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Your greatest strengths are the abilities you’re most likely to overlook.
Because the things you’re really, really good are central to who you are. They come naturally to you.
So you don’t recognize that those talents set you apart. That not everybody sees the world in quite the same way you do.
This concept became apparent to me recently. We just finished developing a new tool for the Growth Method called Front Domino Thinking. It’s so new that we haven’t rolled it out quite yet.
This was one of the trickier tools for me to build because I had to really step back from what I do naturally and break it down into a repeatable process others could follow.
(As an aside, if you’re struggling to pass on some knowledge or technique to your team, get some extra support. I worked with two of our team members closely to help extract this tool from my brain and put it together.)
What is Front Domino Thinking?
It’s ultimately about making decisions that give you the most leverage to create change in your business. The idea is that you find the “front domino” that, when you knock it over, will send a long line of other dominos to the floor. That, in turn, delivers your final outcome.
Here’s a case in point: a client session that I ran a few months ago.
As we were reviewing the client’s 3 Year Objectives, it became clear that they were going to hit their revenue target a full 18 months early.
Yeah, that’s very good. Except for one thing. Their profitability wasn’t keep pace with their revenue growth.
They were less profitable than they expected to be with their current revenue.
So I asked the question, “What is the main factor causing the shortfall in profitability?”
In other words: What’s the front domino here?
How do you find the Front Domino?
To find the front domino, we had to dig into the numbers. This client has several different lines of business, so we needed to evaluate each line’s performance separately.
(THIS, by the way, is why having up to date financial reporting is critical—without it, you end up having conversations based on conjecture. With it, you have real data to give you 80% of the answers.)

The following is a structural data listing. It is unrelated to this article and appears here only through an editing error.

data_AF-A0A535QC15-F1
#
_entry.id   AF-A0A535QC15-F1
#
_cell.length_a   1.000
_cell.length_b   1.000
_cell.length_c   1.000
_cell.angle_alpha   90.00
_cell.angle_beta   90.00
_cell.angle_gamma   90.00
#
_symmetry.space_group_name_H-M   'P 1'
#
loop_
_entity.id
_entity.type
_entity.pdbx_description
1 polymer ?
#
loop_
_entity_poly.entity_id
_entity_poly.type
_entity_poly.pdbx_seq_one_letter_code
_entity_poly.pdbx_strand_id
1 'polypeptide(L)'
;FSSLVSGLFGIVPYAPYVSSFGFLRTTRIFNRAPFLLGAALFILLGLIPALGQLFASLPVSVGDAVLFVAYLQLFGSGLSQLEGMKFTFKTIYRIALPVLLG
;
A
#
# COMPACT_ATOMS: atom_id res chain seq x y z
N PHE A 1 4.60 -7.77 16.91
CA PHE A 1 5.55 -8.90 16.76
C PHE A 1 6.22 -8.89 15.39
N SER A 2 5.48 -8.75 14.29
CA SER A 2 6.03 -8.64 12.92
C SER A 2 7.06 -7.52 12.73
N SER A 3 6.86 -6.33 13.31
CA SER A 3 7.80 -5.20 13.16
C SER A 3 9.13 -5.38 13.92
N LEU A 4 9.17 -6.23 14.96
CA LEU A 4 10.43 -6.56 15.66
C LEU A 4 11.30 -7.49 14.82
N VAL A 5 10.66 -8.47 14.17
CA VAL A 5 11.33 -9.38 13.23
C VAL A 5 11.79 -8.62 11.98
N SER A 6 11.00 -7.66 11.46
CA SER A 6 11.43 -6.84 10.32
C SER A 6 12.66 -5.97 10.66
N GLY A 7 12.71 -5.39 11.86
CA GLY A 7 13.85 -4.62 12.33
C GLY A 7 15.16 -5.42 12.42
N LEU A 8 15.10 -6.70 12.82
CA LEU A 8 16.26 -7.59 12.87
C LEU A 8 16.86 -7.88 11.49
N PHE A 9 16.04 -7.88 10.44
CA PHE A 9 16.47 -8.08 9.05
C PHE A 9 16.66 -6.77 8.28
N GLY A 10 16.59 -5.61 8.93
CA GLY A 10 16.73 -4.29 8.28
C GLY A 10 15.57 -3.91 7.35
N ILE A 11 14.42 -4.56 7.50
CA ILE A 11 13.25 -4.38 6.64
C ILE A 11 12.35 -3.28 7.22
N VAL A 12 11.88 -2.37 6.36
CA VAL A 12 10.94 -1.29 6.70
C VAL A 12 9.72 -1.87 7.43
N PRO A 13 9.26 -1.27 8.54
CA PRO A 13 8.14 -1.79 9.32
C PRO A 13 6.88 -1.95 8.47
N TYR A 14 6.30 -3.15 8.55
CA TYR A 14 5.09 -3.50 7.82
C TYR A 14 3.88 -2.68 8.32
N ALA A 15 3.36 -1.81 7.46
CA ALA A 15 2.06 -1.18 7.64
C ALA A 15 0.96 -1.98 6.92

As we looked at the financials, the problem became clear. Although the company overall was doing well, they had one revenue stream that wasn’t profitable. That line of business was dragging down the overall profit and creating the misalignment with their financial plan.
Now we knew the problem, but we hadn’t identified the real front domino yet.
As we discussed the issue, more questions came up. Could we improve profitability in this line of business? Yes, to some extent. But there were limitations on how much improvement was possible.
Then, we had to examine this line of business in relation to the business as a whole. If you could only optimize this segment so much, the company would never hit its profit targets. This segment made up too much of the overall revenue.
More questions come up:
Are these revenue and profit targets still achievable?
What would have to change to hit them?
How committed are we to this arm of the business?
And if we’re committed to it, where do we need to adjust our expectations to reflect reality?
The Front Domino
The front domino of this situation might surprise you.
This company no longer has a financial plan that links to the vision of the business.
In other words, the financial targets no longer align with the CEO’s commitment to this particular line of business. If the line of business stays in, something else has to adjust accordingly.
The team’s finance leader takes the next step: create a new financial plan that matches the objectives the company wants to achieve.
If we had jumped into action too quickly, we would probably have identified a “middle domino” to improve the profitability of this particular line of business.
But further investigation showed that wouldn’t have fully solved the problem. The line of business could only be optimized so much. Growing that line of business would have continued to exacerbate the issue.
Without too much effort, we could have blown the company’s business model entirely.
Fortunately, that didn’t happen. Instead, the team is recalibrating their efforts and redefining their goals.
Sometimes a front domino will do that.
Front Domino Thinking is problem-solving to find points of leverage. It’s not always easy to find the front domino.
But finding it is a great feeling. It’s so satisfying to imagine that line of dominos leading to your goal, toppling over one by one.